It is a sad statement about Pakistan that 67 years after its founding, our education system and public culture continue to distort key ideas enunciated by Mohammad Ali Jinnah to govern the country. To make matters worse, even his words end up being mutilated.
In his landmark speech to the first Constituent Assembly on August 11, 1947, Jinnah laid out what he saw as the principles for a future constitution for Pakistan. The speech tackled the relationship between religion and the state. This has proved to be more controversial than he could ever have imagined. It has been subjected to distortion and censorship over the years and his words are once again under attack.
In perhaps, the most significant part of his address to the Constituent Assembly Jinnah said:
“You are free; you are free to go to your temples, you are free to go to your mosques or to any other place of worship in this state of Pakistan. You may belong to any religion or caste or creed, that has nothing to do with the business of the state. … We are starting with this fundamental principle that we are all citizens, and equal citizens, of one state.”
It is clear from these words that the Quaid saw Pakistan as a state in which there would be a separation between state and religion and that Pakistan would be a country in which people of all faiths are equal citizens. There was to be no distinction between a Muslim and a non-Muslim in terms of rights, privileges and responsibilities.
There was an attempt to censor and then suppress the Quaid’s words from the very beginning. The August 11 speech was not discussed in public for decades. The founder’s vision was rediscovered in the 1980s when it was used to resist General Ziaul Haq’s attempt at turning Pakistan into a theocracy. Having failed to suppress Jinnah’s statements, today the supporters of theocracy in Pakistan are trying to distort them. The new assault on the Quaid’s vision is evident in the revised national curriculum of 2006. The national curriculum says one of the things teachers and textbooks must do is help children learn “the role of minorities in Pakistan with specific reference to Quaid-e-Azam’s speech of August 11, 1947, defining their status”. By focusing on ‘role’ and ‘status’ of religious minorities, the national curriculum rightly points students to the issue of religious equality. However, it misses out completely on requiring children to understand Jinnah’s statement in support of separating religion and state. This does a great disservice to Jinnah’s vision of a proper relationship between religion, state and citizens.
The new curriculum opens the door for public school textbook writers to misinterpret the Quaid’s vision and words. The words of his speech are being edited with abandon. In the English edition of the Pakistan Studies textbooks of Balochistan, his August 11 speech is reprinted in quotation marks as:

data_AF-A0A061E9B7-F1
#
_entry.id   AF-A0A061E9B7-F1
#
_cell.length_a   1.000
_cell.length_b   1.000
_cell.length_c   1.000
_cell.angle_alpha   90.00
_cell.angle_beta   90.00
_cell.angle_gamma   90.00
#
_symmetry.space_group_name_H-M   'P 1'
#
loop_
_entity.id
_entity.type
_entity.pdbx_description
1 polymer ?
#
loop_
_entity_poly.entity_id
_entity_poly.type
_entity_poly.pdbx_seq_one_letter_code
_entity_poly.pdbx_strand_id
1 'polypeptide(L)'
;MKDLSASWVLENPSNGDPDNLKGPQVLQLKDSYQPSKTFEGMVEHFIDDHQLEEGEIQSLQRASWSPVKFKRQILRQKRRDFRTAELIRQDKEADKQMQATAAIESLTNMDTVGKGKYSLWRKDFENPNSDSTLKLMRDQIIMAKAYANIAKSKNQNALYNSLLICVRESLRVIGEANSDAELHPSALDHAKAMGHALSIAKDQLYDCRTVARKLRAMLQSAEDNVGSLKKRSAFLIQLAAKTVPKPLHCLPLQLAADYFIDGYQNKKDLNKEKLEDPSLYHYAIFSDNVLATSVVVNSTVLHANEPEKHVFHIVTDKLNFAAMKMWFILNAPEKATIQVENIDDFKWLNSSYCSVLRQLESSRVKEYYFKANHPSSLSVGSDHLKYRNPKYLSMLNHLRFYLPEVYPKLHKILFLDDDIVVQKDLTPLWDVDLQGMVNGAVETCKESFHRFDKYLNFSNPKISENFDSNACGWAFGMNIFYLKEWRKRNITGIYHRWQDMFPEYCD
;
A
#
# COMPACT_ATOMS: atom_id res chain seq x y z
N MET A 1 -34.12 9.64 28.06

“You are free, whether you want to go to temples, mosques or other places of worship, you are absolutely free. Whatever your religion or caste may be, the affairs of the state shall not be affected. We are heading forward with the basic principle that we are equal citizens of one state. I believe we must adhere to this principle, and you shall see that that there would be no discrimination between the Hindus and the Muslims in terms of equal political rights.”
It is amazing that such a mutilation of Jinnah’s words can be printed in quotation marks. The reader may think at first sight that such a small change is not a big issue. But small changes can have long-lasting and important consequences. An entire generation of Pakistanis is familiar with the slogan “Faith, Unity and Discipline” that is attributed to Jinnah. This is, in fact, a distortion of his original words. The actual words of the Quaid were “Unity, Faith and Discipline” and were intended as a political slogan. The order was changed in the 1980s to give ideological support to the Islamist military dictatorship of General Zia. The change in order of the words was accompanied by a change in the meaning of the word ‘faith’. In the original meaning, the word faith was meant as ‘faith in oneself’, or self-esteem. Hence, the Urdu translation of this word until 1980 was Yaqeen-e-Mohkam (a firm belief in oneself). Under General Zia, and ever since, ‘faith’ has been translated as ‘iman’ (religious belief).
Can we, as a nation, be at least honest with the founder of the nation? People should be free to disagree with his words, but we should all know and agree on what his words were.
Published in The Express Tribune, August 14th, 2013.